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Louisiana Workers Compensation Laws Differ Than Other States in Some Ways

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Workers’ Compensation in Louisiana

 

If you are hurt on the job in Louisiana, unable to work due to the injury, and if your injury is covered by Louisiana Workers’ Compensation Act, your employer and its workers’ compensation insurer are obligated to pay indemnity benefits, necessary and reasonable related medical bills, travel expenses and vocational rehabilitation benefits.

 

Workers’ compensation payments are made regardless of fault on the part of the employer or employee. In exchange for the benefits, the employee generally waives the right to sue his or her employer in tort for pain and suffering damages.

 

If you are injured at work, you must report your injuries to your employer within 30 days or be barred from receiving benefits. It’s usually best to report your injuries immediately because insurance companies are less skeptical of claims that are reported sooner, rather than later. Once you give notice of the injury, your employer should complete a form called a “First Report of Injury” and provide it to its insurer. The insurer will then submit the form to the Louisiana Workforce Commission.

 

An injured worker is not entitled to his or her old job after a workplace injury. Your employer is not required to hold your job for you. However, your employer cannot fire you simply because you filed a Louisiana workers’ compensation claim.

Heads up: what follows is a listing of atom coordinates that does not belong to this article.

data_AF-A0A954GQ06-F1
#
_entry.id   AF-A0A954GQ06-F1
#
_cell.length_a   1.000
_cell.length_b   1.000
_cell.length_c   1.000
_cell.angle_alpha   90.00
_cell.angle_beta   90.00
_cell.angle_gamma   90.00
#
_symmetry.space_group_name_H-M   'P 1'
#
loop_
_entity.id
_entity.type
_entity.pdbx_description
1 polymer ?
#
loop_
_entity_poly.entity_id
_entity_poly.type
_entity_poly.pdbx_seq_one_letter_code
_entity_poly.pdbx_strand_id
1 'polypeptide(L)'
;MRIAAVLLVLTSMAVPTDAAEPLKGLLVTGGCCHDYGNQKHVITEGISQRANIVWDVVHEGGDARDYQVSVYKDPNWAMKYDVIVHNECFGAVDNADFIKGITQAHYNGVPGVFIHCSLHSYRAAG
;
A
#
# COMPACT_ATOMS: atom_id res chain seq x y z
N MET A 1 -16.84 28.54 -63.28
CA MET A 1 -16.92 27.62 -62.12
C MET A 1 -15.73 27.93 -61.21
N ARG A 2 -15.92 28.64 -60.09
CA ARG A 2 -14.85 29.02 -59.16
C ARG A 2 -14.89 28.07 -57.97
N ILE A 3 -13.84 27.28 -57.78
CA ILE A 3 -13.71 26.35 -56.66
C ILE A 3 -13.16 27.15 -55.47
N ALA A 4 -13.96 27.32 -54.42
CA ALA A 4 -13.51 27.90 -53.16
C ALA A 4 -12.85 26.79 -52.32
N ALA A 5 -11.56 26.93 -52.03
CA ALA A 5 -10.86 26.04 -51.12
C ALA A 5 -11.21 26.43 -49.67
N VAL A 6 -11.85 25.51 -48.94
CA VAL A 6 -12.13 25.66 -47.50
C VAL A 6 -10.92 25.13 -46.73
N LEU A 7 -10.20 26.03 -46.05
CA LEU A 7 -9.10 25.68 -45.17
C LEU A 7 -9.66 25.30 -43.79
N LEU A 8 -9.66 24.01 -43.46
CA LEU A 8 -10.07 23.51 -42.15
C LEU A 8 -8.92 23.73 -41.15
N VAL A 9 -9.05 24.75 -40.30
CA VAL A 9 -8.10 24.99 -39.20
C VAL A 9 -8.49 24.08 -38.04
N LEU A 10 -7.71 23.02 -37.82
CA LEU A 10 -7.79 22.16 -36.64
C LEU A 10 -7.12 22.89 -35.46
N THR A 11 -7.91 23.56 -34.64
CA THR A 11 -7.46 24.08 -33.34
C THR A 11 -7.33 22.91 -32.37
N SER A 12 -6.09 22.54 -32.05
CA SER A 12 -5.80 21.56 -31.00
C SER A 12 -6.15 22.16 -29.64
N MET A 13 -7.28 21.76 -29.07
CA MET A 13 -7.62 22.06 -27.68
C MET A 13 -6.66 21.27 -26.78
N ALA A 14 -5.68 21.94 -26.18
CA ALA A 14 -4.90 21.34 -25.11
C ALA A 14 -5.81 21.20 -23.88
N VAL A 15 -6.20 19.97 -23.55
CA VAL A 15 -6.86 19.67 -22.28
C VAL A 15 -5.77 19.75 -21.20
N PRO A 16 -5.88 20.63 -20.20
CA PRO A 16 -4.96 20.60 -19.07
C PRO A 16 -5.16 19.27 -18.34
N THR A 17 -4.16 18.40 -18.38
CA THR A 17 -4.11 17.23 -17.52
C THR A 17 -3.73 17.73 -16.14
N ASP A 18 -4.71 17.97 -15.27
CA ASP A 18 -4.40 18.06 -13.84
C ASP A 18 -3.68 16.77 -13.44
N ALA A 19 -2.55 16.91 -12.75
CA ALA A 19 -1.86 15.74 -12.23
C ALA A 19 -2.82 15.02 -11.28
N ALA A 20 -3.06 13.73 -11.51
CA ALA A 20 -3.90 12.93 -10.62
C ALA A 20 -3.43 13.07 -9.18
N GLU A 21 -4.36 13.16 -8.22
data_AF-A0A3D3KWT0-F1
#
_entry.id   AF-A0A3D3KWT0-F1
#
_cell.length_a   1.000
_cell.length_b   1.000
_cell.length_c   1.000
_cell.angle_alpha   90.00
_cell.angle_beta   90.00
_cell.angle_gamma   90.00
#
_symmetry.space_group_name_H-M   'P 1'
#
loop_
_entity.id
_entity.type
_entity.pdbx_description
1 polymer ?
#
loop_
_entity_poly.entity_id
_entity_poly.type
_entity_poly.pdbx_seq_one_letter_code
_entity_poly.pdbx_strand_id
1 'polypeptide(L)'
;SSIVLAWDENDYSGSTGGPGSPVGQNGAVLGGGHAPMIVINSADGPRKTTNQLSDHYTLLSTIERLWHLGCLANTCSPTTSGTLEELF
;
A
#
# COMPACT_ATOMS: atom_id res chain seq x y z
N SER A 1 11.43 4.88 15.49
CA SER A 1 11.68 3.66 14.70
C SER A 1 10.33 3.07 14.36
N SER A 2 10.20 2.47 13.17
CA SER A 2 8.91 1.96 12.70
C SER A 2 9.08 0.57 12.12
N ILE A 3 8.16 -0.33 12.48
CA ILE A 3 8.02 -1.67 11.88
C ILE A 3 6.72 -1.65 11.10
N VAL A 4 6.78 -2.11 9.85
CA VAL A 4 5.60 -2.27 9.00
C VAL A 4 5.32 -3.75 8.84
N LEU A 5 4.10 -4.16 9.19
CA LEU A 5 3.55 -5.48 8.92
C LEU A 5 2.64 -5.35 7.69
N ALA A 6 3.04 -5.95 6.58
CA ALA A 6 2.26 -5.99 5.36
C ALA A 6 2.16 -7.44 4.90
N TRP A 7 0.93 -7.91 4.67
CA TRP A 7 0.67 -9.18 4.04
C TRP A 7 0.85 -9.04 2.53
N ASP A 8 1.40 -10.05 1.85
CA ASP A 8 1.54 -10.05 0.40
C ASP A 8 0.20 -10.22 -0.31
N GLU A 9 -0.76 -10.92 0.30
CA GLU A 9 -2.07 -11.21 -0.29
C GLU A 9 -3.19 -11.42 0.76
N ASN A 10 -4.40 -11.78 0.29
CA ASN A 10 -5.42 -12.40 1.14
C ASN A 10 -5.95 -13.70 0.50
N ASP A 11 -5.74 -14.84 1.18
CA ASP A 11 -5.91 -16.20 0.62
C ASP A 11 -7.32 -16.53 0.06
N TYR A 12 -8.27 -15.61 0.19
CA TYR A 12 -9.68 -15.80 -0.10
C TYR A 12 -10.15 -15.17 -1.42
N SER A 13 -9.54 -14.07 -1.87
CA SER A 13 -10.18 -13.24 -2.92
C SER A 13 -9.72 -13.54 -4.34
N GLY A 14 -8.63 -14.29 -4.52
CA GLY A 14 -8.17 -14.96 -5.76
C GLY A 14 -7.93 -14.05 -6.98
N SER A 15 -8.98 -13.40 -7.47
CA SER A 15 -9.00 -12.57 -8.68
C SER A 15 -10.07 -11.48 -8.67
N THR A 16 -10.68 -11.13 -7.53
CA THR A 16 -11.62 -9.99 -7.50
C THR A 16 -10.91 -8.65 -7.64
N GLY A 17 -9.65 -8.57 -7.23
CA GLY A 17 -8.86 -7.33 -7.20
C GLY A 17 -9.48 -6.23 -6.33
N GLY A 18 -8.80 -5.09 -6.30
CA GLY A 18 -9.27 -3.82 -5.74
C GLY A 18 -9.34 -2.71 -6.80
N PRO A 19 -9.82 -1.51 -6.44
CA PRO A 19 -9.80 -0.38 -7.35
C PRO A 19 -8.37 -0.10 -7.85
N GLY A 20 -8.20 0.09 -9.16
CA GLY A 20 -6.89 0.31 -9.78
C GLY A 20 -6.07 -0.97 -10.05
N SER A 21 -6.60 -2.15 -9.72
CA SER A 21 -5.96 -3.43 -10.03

How Workers’ Compensation Benefits are Calculated

 

In Louisiana, indemnity benefits are typically two-thirds (66%) of your average weekly wage, subject to a maximum of $657 per week. Indemnity benefits include temporary total disability, supplemental earnings benefits (SEB), permanent partial disability, and permanent total disability. If an injury leaves you unable to earn wages equal to 90 percent of your wages at the time of injury, you are entitled to supplemental earning benefits. These benefits are limited to 520 weeks. If you die, your surviving beneficiaries may recover a maximum of $8,500 in burial expenses in addition to other compensation.

 

An employee may be entitled to a one-time payment of $50,000 if his or her injury is deemed catastrophic in nature. The Louisiana Workforce Commission defines the following injuries as catastrophic: paraplegia, quadriplegia, or the total anatomical loss of hands, arms, feet, legs, eyes, or one hand and one foot, or any two thereof. Your employer and its insurer may also off you a lump sum settlement of your claim in exchange for a release of further obligations. Before accepting a settlement, you should consult an experienced workers’ compensation attorney.

 

Medical Benefits

 

Both mental and physical injuries from either accidents or occupational diseases are covered. However, mental injuries must be the result of a physical injury or of a sudden, unexpected and extraordinary stress related to the employment.

 

Accident related medical bills should be paid by the employer and its workers’ compensation insurer. The insurer’s approval is required for treatment beyond $750 unless the care is provided under emergency conditions.

 

The injured person has the right to choose their treating physician. However, if you want to switch from one doctor to another in the same specialty, you will likely need to get your employer’s approval first.

 

All related expenses reasonably and necessary for obtaining services, medicines, and prosthetic devices should be paid by your employer and its workers’ compensation insurer.

 

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